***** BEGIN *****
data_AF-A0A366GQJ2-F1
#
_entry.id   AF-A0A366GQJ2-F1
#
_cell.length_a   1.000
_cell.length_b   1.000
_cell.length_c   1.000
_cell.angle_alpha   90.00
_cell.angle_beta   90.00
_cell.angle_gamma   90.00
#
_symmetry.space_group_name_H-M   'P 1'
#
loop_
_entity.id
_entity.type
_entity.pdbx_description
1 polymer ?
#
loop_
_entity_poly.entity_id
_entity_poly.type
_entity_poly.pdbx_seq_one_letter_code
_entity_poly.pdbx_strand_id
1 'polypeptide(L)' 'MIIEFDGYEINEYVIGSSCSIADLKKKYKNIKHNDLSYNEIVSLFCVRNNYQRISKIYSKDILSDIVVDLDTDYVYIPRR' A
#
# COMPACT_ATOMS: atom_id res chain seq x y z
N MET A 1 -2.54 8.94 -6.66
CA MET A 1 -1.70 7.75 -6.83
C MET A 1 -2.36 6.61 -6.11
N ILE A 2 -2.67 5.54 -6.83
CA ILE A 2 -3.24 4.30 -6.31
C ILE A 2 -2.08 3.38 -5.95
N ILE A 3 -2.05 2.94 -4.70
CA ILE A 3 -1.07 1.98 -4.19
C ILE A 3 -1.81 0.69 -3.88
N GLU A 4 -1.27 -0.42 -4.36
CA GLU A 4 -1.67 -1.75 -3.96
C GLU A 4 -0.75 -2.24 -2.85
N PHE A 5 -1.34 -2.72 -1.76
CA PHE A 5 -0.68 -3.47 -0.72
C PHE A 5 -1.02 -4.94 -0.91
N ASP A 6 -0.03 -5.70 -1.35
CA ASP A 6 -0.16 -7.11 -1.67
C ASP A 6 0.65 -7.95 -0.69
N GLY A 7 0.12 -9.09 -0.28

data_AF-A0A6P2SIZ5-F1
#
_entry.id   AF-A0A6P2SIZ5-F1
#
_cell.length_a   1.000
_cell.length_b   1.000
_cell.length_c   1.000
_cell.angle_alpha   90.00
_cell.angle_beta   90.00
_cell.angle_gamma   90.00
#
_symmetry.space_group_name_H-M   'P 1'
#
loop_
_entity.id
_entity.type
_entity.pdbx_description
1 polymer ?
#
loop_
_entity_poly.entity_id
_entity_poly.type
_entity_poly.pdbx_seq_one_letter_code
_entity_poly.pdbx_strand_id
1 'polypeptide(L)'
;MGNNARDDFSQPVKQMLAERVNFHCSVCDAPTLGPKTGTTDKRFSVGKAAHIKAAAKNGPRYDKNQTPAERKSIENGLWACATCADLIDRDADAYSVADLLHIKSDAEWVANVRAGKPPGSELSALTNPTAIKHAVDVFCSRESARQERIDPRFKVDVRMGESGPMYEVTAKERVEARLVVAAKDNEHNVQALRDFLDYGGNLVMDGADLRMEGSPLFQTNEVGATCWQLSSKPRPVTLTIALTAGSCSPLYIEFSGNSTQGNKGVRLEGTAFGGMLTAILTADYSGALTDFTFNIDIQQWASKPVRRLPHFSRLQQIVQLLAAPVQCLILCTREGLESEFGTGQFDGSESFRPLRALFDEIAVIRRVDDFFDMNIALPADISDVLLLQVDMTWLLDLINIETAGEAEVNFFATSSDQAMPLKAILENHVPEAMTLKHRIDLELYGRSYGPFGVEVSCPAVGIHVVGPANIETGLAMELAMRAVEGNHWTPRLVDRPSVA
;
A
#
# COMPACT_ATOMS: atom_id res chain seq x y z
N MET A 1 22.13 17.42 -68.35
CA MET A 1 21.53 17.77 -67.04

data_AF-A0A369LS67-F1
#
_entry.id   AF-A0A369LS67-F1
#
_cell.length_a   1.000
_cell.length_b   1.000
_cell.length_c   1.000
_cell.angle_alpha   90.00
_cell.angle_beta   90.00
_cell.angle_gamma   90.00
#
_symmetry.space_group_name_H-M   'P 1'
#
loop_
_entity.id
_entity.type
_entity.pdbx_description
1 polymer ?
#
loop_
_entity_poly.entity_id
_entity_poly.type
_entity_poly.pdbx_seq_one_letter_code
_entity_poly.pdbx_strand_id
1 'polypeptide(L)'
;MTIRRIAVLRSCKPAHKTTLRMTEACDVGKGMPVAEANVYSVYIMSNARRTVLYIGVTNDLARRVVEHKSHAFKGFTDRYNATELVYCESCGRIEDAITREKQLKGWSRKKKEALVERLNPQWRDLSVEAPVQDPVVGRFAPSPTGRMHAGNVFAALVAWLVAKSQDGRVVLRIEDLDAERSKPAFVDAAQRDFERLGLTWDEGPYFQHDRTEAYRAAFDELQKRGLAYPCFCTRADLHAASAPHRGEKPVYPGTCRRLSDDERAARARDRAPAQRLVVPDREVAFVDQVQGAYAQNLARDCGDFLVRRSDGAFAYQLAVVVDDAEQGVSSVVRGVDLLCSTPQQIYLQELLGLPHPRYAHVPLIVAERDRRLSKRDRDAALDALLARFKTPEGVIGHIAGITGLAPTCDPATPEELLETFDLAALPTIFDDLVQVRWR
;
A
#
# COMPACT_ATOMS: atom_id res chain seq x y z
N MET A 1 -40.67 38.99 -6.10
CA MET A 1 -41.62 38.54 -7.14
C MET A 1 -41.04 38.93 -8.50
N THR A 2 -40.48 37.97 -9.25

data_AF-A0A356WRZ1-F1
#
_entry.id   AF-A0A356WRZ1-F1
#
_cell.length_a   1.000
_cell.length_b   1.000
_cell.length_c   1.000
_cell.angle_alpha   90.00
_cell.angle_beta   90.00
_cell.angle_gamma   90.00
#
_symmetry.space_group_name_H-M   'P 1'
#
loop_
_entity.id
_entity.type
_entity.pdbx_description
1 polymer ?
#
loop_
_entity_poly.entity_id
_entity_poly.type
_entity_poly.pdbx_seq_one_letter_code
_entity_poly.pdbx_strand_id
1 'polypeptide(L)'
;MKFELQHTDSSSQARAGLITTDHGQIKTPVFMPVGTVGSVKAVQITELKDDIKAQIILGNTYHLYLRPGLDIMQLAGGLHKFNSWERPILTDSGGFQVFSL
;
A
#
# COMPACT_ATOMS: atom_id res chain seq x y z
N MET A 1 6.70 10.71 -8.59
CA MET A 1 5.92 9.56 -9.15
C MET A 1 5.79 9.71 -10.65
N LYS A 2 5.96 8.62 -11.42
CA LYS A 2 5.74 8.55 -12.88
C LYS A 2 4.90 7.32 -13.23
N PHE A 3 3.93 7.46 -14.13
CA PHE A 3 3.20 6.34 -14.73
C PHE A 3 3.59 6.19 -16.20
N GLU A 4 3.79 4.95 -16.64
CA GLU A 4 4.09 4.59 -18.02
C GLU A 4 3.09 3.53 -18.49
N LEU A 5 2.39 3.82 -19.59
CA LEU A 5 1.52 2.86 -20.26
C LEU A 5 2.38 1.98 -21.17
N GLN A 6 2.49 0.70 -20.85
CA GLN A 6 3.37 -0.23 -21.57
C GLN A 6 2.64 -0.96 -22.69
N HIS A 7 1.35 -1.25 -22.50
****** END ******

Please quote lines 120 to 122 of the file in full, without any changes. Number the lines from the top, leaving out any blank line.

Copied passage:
_cell.angle_alpha   90.00
_cell.angle_beta   90.00
_cell.angle_gamma   90.00